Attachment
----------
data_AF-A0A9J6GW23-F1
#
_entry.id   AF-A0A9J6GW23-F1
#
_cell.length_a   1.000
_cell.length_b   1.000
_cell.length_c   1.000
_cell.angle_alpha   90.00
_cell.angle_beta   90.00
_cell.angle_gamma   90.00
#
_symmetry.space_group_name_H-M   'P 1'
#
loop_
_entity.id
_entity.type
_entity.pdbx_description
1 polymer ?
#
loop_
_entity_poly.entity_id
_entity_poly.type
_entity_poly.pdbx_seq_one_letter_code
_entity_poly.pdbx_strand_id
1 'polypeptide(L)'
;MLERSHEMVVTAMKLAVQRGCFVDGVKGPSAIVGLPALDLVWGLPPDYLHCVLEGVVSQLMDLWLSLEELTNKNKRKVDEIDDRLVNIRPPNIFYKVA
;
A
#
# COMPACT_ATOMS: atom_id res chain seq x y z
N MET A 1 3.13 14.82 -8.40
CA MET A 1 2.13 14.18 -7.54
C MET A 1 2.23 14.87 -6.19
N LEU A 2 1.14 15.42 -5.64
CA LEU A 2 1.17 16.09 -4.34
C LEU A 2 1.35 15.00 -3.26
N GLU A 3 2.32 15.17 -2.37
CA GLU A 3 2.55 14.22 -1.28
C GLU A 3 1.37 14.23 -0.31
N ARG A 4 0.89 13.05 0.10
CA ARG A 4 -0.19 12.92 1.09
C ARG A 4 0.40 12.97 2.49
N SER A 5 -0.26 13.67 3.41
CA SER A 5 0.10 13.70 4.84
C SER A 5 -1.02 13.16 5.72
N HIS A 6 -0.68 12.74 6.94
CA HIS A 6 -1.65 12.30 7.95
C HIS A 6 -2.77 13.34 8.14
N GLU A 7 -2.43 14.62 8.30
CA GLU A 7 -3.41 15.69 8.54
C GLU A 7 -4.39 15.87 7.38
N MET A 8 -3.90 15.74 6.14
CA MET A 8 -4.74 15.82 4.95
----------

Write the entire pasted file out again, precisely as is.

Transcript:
data_AF-A0A9J6GW23-F1
#
_entry.id   AF-A0A9J6GW23-F1
#
_cell.length_a   1.000
_cell.length_b   1.000
_cell.length_c   1.000
_cell.angle_alpha   90.00
_cell.angle_beta   90.00
_cell.angle_gamma   90.00
#
_symmetry.space_group_name_H-M   'P 1'
#
loop_
_entity.id
_entity.type
_entity.pdbx_description
1 polymer ?
#
loop_
_entity_poly.entity_id
_entity_poly.type
_entity_poly.pdbx_seq_one_letter_code
_entity_poly.pdbx_strand_id
1 'polypeptide(L)'
;MLERSHEMVVTAMKLAVQRGCFVDGVKGPSAIVGLPALDLVWGLPPDYLHCVLEGVVSQLMDLWLSLEELTNKNKRKVDEIDDRLVNIRPPNIFYKVA
;
A
#
# COMPACT_ATOMS: atom_id res chain seq x y z
N MET A 1 3.13 14.82 -8.40
CA MET A 1 2.13 14.18 -7.54
C MET A 1 2.23 14.87 -6.19
N LEU A 2 1.14 15.42 -5.64
CA LEU A 2 1.17 16.09 -4.34
C LEU A 2 1.35 15.00 -3.26
N GLU A 3 2.32 15.17 -2.37
CA GLU A 3 2.55 14.22 -1.28
C GLU A 3 1.37 14.23 -0.31
N ARG A 4 0.89 13.05 0.10
CA ARG A 4 -0.19 12.92 1.09
C ARG A 4 0.40 12.97 2.49
N SER A 5 -0.26 13.67 3.41
CA SER A 5 0.10 13.70 4.84
C SER A 5 -1.02 13.16 5.72
N HIS A 6 -0.68 12.74 6.94
CA HIS A 6 -1.65 12.30 7.95
C HIS A 6 -2.77 13.34 8.14
N GLU A 7 -2.43 14.62 8.30
CA GLU A 7 -3.41 15.69 8.54
C GLU A 7 -4.39 15.87 7.38
N MET A 8 -3.90 15.74 6.14
CA MET A 8 -4.74 15.82 4.95